Rewind: Swearing-In

Even though Shaun has already provided an update about our first week or so here in Nkongsamba, I thought I would write about our swearing-in ceremony.  We, both Shaun and I and all of our fellow stage-mates, were so happy that the day of the ceremony finally came, and we could be real adults again, and head off to our respective posts.  We had also all gotten our swearing-in pagne, the whole group traditionally has the same pagne for the big day.  Our group decided we would all have the same pattern in one of three different color schemes, we were quite the rainbow during the ceremony!

A group of us started off the morning right and had brunch, Cameroonian style.  We splurged and bought a real bottle of vodka (as opposed to the vodka sachets that normally come out of the equivalent of ketchup packets) and I made bloody Mary mix.  We took our breakfast cocktails to town and enjoyed them over spaghetti omlettes.  It was a great morning, very relaxed and a fun way to celebrate together.

The ceremony was about an hour long.  The US Ambassador to Cameroon was there, and he was the one to officially swear us in as volunteers.  There were also other speeches made by training staff, our new country director, and some other volunteers in our group.  The ceremony itself was nothing too special or out of the ordinary, but it was the implications of the ceremony that we were all so excited about!  Finally — Volunteers!  The unique part of the ceremony, I thought, is that the oath said by each volunteer is identical, Peace Corps country to Peace Corps Country, since the Peace Corps was created in 1961, it is nice to know that all of the Peace Corps family shares one thing in common, even though our experiences are so different.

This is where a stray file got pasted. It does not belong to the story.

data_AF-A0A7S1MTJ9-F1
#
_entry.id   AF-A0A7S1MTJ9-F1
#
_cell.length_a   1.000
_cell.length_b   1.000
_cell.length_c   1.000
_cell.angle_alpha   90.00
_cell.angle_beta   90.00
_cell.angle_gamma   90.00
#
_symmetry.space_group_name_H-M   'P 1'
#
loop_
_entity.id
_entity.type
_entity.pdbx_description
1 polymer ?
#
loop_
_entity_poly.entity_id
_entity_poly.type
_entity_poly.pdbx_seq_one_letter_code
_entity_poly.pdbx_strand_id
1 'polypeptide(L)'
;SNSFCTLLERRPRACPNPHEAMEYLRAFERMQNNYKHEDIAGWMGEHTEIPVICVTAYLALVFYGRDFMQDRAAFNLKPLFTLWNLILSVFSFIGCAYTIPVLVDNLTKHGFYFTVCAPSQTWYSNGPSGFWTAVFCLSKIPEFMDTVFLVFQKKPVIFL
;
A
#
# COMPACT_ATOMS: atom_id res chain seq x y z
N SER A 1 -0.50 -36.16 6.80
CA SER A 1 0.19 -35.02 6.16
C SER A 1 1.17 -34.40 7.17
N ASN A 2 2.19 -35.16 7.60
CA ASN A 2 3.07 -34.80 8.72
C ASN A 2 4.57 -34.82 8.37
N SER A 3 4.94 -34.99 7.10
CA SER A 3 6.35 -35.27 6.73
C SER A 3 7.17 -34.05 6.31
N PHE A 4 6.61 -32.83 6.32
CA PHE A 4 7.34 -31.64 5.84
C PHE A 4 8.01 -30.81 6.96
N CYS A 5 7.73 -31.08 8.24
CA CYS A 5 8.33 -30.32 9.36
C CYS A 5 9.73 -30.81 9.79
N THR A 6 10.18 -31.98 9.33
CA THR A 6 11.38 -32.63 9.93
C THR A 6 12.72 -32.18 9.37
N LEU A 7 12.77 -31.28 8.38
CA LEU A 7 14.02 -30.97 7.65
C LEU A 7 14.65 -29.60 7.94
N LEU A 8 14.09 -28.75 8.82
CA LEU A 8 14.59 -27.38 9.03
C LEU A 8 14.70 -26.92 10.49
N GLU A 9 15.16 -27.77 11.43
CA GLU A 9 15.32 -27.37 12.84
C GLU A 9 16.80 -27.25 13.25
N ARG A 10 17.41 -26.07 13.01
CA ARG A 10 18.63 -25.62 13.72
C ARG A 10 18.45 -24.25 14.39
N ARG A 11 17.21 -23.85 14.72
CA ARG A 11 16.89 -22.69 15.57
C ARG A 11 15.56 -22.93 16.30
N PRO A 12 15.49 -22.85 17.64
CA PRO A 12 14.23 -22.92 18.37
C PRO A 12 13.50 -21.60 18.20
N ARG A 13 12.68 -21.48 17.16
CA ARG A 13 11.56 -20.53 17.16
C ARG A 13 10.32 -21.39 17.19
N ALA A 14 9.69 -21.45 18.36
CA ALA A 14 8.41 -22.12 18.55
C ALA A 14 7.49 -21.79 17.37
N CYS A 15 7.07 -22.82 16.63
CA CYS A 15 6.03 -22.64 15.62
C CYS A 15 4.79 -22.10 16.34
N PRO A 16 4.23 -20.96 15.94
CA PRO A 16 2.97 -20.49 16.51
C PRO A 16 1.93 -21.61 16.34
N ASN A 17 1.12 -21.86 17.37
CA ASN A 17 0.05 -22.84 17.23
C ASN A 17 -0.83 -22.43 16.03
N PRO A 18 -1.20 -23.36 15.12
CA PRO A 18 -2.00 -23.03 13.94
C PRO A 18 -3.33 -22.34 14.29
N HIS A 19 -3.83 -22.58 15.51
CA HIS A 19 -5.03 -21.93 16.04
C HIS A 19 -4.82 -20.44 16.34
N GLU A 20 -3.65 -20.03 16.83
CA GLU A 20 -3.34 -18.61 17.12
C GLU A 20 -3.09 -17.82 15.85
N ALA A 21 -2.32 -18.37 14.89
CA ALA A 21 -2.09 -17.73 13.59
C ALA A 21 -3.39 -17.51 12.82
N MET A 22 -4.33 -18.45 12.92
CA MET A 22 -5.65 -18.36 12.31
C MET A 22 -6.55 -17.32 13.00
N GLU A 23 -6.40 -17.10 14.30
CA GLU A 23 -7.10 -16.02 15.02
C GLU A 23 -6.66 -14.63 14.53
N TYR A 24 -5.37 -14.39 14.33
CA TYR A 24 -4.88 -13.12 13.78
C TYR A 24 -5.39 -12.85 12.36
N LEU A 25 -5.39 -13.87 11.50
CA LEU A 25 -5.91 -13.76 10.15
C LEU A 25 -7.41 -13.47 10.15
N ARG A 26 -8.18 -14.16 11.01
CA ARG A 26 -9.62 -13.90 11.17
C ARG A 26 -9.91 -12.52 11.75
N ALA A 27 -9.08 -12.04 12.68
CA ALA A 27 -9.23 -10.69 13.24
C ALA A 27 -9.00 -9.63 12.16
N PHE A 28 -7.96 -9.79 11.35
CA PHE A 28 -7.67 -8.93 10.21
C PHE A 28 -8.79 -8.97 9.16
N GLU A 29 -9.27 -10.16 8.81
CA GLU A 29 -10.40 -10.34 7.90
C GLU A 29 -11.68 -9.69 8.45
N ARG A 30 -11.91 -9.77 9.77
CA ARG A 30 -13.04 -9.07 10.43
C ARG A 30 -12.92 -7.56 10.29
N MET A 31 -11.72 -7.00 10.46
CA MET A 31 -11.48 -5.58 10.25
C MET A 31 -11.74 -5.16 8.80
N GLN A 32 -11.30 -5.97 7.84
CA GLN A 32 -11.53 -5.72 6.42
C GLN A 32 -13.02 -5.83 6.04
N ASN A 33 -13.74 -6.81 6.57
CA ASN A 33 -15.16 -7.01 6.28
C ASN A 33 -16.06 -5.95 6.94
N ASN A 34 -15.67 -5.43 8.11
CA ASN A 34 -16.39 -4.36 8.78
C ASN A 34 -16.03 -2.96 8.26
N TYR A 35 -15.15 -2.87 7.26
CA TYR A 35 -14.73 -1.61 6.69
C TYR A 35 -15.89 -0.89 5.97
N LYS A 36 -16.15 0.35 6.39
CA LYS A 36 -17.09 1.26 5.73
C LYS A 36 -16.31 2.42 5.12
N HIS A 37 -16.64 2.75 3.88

After the ceremony, there was big luncheon for us and our host families.  It was the last day we had with them, and it was a nice way to end.  That night, it is tradition that there is a big party at one of the local hotels in Bafia, and then all of the volunteers spend the night, as we no longer have a curfew!

The next morning, we all headed out, with more stuff than we could carry or move, to go to our posts.  The Peace Corps drove a group of us to Bafoussam, the regional capital in the West, and from there, Shaun and I made our own way to Nkongsamba.  We depo’ed a car, meaning we paid for every seat in the car (which is 6 seats, plus a driver in a normal 5 seater American car) to take us to our house.  Man, how they fit all of our stuff in the car, I don’t even know.  There is an interesting bike story, but that is not blog-appropriate, so if you want the details, send me an email!  But, we made it.

We are now enjoying the freedoms of being a volunteer; personal space, your own house, being able to cook our own food, and looking forward to starting work this next week.  It’s been a long time coming, but our adventure as volunteers has officially begun!


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